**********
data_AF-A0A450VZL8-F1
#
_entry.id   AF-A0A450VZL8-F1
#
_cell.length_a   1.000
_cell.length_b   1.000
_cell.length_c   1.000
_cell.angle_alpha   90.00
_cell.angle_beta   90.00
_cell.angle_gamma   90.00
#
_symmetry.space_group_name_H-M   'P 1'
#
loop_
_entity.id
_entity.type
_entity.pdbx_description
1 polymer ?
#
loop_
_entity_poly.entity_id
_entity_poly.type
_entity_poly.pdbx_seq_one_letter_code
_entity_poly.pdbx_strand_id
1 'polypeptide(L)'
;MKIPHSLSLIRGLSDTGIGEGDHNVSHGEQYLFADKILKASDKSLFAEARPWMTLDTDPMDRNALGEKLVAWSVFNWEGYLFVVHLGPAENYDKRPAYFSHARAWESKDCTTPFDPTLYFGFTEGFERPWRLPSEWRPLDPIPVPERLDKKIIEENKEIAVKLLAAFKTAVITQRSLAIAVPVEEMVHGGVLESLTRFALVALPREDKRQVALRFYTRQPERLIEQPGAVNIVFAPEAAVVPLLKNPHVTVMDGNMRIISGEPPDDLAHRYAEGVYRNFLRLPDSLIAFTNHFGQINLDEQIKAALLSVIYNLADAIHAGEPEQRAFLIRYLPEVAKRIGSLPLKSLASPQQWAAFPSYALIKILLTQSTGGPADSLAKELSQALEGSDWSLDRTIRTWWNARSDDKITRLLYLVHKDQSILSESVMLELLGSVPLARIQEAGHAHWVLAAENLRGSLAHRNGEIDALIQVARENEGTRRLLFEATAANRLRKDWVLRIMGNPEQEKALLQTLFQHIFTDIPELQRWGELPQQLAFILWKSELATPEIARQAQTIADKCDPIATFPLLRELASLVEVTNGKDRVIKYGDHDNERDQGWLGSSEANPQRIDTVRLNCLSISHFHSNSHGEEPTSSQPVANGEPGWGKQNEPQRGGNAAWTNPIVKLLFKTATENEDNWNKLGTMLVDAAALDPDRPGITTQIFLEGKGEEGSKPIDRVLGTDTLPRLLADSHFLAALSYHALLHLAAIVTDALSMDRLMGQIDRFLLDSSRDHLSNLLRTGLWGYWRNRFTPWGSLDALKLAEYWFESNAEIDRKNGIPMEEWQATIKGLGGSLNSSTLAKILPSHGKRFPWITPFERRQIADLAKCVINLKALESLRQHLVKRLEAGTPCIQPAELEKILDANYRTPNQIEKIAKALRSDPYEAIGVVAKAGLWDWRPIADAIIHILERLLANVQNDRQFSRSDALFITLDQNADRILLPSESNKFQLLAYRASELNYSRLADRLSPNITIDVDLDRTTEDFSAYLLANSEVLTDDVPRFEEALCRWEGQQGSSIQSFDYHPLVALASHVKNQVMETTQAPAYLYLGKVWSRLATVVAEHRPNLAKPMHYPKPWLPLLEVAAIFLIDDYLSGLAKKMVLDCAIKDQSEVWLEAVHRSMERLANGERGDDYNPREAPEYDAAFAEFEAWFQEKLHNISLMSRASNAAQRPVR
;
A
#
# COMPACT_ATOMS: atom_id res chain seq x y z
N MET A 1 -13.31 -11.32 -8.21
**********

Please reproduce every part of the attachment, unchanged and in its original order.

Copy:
data_AF-A0A450VZL8-F1
#
_entry.id   AF-A0A450VZL8-F1
#
_cell.length_a   1.000
_cell.length_b   1.000
_cell.length_c   1.000
_cell.angle_alpha   90.00
_cell.angle_beta   90.00
_cell.angle_gamma   90.00
#
_symmetry.space_group_name_H-M   'P 1'
#
loop_
_entity.id
_entity.type
_entity.pdbx_description
1 polymer ?
#
loop_
_entity_poly.entity_id
_entity_poly.type
_entity_poly.pdbx_seq_one_letter_code
_entity_poly.pdbx_strand_id
1 'polypeptide(L)'
;MKIPHSLSLIRGLSDTGIGEGDHNVSHGEQYLFADKILKASDKSLFAEARPWMTLDTDPMDRNALGEKLVAWSVFNWEGYLFVVHLGPAENYDKRPAYFSHARAWESKDCTTPFDPTLYFGFTEGFERPWRLPSEWRPLDPIPVPERLDKKIIEENKEIAVKLLAAFKTAVITQRSLAIAVPVEEMVHGGVLESLTRFALVALPREDKRQVALRFYTRQPERLIEQPGAVNIVFAPEAAVVPLLKNPHVTVMDGNMRIISGEPPDDLAHRYAEGVYRNFLRLPDSLIAFTNHFGQINLDEQIKAALLSVIYNLADAIHAGEPEQRAFLIRYLPEVAKRIGSLPLKSLASPQQWAAFPSYALIKILLTQSTGGPADSLAKELSQALEGSDWSLDRTIRTWWNARSDDKITRLLYLVHKDQSILSESVMLELLGSVPLARIQEAGHAHWVLAAENLRGSLAHRNGEIDALIQVARENEGTRRLLFEATAANRLRKDWVLRIMGNPEQEKALLQTLFQHIFTDIPELQRWGELPQQLAFILWKSELATPEIARQAQTIADKCDPIATFPLLRELASLVEVTNGKDRVIKYGDHDNERDQGWLGSSEANPQRIDTVRLNCLSISHFHSNSHGEEPTSSQPVANGEPGWGKQNEPQRGGNAAWTNPIVKLLFKTATENEDNWNKLGTMLVDAAALDPDRPGITTQIFLEGKGEEGSKPIDRVLGTDTLPRLLADSHFLAALSYHALLHLAAIVTDALSMDRLMGQIDRFLLDSSRDHLSNLLRTGLWGYWRNRFTPWGSLDALKLAEYWFESNAEIDRKNGIPMEEWQATIKGLGGSLNSSTLAKILPSHGKRFPWITPFERRQIADLAKCVINLKALESLRQHLVKRLEAGTPCIQPAELEKILDANYRTPNQIEKIAKALRSDPYEAIGVVAKAGLWDWRPIADAIIHILERLLANVQNDRQFSRSDALFITLDQNADRILLPSESNKFQLLAYRASELNYSRLADRLSPNITIDVDLDRTTEDFSAYLLANSEVLTDDVPRFEEALCRWEGQQGSSIQSFDYHPLVALASHVKNQVMETTQAPAYLYLGKVWSRLATVVAEHRPNLAKPMHYPKPWLPLLEVAAIFLIDDYLSGLAKKMVLDCAIKDQSEVWLEAVHRSMERLANGERGDDYNPREAPEYDAAFAEFEAWFQEKLHNISLMSRASNAAQRPVR
;
A
#
# COMPACT_ATOMS: atom_id res chain seq x y z
N MET A 1 -13.31 -11.32 -8.21